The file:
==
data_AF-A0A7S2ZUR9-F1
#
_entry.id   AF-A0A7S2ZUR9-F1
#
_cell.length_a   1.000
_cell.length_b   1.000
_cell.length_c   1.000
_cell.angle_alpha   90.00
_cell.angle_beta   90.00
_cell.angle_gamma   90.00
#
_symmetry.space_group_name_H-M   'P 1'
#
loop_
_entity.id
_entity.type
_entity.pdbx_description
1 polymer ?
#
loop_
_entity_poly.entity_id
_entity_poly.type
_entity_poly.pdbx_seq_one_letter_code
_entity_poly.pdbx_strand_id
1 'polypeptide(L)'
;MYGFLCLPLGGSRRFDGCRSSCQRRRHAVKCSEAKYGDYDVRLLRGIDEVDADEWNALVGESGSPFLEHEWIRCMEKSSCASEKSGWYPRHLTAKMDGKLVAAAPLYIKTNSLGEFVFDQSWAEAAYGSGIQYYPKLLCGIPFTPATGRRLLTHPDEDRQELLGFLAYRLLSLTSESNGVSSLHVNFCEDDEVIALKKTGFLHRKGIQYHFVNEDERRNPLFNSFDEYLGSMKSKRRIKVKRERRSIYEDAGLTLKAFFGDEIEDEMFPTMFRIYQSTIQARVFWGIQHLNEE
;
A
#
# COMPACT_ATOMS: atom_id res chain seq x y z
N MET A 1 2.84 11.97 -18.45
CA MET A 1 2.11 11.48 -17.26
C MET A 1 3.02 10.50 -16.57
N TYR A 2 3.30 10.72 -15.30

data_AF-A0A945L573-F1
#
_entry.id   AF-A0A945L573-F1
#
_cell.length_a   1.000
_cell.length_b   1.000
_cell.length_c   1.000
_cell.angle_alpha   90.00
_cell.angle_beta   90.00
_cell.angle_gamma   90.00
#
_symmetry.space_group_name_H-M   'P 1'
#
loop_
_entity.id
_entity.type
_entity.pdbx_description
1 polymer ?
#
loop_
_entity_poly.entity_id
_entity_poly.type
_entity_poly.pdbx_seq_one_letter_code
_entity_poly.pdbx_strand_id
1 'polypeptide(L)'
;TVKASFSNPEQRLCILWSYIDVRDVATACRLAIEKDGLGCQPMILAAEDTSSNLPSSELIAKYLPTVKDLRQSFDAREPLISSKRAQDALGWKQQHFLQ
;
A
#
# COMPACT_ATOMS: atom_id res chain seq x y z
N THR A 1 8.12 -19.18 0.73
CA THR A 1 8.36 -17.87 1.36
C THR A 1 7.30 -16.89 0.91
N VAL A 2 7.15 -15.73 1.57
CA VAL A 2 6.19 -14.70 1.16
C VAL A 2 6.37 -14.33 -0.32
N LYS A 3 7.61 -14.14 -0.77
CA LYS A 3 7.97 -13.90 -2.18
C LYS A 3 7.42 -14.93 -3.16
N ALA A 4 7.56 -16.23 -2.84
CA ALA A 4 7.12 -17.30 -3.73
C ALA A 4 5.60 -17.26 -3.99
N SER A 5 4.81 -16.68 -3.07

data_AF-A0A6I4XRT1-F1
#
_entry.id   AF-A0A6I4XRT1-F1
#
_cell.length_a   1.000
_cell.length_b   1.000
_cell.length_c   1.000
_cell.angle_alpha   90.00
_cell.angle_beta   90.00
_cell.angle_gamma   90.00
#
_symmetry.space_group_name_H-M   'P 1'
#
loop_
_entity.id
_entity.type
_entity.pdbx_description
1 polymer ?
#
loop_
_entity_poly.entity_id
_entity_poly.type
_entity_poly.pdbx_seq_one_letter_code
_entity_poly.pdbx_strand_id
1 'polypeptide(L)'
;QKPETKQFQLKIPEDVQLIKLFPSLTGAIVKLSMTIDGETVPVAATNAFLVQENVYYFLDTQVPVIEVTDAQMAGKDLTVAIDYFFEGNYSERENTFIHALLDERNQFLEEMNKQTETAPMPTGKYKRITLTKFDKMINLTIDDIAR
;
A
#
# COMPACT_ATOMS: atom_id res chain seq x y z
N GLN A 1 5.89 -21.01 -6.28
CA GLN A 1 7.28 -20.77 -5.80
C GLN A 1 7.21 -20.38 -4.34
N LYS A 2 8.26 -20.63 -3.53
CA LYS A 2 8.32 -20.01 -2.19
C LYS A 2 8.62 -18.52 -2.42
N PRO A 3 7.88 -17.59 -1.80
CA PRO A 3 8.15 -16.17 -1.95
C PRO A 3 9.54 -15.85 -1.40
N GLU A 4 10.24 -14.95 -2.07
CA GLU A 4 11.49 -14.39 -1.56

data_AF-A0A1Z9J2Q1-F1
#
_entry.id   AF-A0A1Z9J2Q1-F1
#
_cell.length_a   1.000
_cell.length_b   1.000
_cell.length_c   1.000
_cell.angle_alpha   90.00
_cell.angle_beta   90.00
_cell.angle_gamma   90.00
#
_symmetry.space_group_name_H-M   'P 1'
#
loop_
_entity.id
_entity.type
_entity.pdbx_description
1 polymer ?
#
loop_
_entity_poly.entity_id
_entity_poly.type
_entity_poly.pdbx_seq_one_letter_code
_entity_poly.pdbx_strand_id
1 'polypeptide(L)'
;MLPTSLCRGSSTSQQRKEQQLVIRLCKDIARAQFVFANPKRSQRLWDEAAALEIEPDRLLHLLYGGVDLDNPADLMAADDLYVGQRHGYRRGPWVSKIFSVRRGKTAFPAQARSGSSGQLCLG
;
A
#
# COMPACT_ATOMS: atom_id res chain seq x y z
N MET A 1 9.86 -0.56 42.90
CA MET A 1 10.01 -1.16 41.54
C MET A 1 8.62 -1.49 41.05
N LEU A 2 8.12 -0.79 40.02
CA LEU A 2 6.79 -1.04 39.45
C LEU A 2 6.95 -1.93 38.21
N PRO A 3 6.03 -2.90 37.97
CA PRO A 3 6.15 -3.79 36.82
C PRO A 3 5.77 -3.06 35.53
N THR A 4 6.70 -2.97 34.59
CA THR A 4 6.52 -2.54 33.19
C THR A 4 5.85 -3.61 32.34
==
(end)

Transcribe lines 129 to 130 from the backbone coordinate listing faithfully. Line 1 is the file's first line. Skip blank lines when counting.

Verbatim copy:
#
_symmetry.space_group_name_H-M   'P 1'